stormed and plundered.

Jan. 26th. A messenger from the King seized and
imprisoned. The Sorbonne and the Faculty of The-
ology absolve the people of all duty to the King,
and erase his name from the prayer-books : furious
sermons, processions, and public prayers against him.

Feb. 7th. Solemn ceremony, and public rejoicing,
at the baptism of the posthumous son of Guise.

Feb. 14th. More processions, one of 600 children.
A sudden craze for midnight processions, which led to
much immorality.

Feb. 1 5th. (Ash Wednesday). Lincester's sermon ;

* The ne\v3 came on Saturday. Here is an extract from next day's
sermon at the Church of Saint Bartholomew :

" Aujourd'hui, messieurs, se presente une difficulte, s9avoir, si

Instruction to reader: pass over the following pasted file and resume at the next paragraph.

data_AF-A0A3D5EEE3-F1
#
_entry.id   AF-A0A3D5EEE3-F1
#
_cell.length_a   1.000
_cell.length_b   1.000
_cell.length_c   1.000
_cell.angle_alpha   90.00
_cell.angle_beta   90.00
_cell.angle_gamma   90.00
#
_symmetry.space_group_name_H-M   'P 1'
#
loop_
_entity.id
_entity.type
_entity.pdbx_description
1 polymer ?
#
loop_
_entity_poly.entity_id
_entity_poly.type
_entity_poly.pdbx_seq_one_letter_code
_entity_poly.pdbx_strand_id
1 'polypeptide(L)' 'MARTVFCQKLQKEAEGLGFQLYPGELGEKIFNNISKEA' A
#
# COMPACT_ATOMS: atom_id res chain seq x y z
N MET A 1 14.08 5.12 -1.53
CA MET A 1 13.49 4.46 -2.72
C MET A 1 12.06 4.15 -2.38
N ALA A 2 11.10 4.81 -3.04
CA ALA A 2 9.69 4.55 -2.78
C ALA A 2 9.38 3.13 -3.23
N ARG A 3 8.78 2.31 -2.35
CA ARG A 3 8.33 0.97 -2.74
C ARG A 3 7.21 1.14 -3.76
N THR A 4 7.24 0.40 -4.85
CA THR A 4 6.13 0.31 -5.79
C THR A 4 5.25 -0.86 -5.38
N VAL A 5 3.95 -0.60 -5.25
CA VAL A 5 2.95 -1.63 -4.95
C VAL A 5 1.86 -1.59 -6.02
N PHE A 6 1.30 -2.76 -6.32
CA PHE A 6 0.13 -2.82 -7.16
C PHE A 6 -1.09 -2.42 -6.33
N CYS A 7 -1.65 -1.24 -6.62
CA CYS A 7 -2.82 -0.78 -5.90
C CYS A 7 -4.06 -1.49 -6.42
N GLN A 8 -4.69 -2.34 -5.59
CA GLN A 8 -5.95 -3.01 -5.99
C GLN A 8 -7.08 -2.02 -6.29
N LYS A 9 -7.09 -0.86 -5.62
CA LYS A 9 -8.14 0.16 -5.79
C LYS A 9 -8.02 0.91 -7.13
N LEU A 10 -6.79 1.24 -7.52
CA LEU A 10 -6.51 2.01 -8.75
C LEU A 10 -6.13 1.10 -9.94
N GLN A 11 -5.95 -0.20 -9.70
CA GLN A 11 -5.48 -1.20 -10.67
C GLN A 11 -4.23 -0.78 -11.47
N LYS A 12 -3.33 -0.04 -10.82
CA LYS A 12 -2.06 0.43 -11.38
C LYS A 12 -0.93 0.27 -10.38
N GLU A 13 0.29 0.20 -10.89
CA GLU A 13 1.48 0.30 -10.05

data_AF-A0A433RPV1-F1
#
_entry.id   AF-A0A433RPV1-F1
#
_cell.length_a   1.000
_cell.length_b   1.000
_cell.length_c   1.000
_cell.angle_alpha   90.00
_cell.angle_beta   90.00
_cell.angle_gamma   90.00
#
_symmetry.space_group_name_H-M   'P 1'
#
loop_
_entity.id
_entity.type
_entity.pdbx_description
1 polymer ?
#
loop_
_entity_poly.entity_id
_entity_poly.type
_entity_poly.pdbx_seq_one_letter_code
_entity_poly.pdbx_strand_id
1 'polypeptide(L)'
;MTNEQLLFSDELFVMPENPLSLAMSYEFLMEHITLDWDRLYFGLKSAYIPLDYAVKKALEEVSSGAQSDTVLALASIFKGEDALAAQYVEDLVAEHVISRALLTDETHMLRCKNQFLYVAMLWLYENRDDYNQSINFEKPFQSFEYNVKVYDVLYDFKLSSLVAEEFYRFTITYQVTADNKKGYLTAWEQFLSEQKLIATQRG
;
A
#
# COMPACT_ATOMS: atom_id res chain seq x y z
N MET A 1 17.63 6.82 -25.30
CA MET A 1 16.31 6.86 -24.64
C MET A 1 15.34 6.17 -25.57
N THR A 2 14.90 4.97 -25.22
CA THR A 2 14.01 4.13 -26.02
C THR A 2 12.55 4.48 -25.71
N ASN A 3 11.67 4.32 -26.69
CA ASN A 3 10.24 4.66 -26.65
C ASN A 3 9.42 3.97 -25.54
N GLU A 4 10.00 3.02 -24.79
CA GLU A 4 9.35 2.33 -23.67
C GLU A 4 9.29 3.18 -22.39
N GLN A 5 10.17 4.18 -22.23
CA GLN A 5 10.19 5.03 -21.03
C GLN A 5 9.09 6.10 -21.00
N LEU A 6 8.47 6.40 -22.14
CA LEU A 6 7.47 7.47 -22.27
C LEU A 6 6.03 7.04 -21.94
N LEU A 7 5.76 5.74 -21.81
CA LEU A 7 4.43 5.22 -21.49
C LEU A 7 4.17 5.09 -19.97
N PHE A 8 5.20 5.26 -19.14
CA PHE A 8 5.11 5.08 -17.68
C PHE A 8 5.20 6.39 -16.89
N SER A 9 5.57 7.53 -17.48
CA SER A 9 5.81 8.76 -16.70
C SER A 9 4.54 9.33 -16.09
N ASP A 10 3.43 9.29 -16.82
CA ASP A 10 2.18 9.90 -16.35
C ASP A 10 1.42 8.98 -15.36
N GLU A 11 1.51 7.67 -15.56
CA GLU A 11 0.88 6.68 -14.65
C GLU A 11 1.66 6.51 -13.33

Teglise Catholique doit prier Dieu pour elle, aiant vescu si mal
qu'elle a vescu, avance et supporte souvent I'heresie. Sur quoi je
vous dirai, messieurs, que si vous lui voulez donner a I'avanture par
charite ung Pater et un Ave, vous le pouvez faire ; il lui servira de
ce qu'il pourra, si non, il n'y a pas grand interest. Je vous le laisse
a vostre liberte. "
15



2 26 Ambroise Pare



that he would not preach the Gospel, because that
was so common, and everybody knew it. But he
would preach the life, actions, and abominable deeds
of that perfidious tyrant, Henri de Valois — " against
whom he disgorged an infinity of villainies and in-
sults, saying he invoked devils," etc.

Ambroise Par6 died in December 1590; and so
late as 1587 the plot was still thickening, and the
actors were all on the stage. Then Death began to
shift the scenes. On March i, 1587, came the news of
the execution of Mary Queen of Scots. On May 12,
1588, the struggle between the King and the Guises
came to open warfare in the streets, the Day of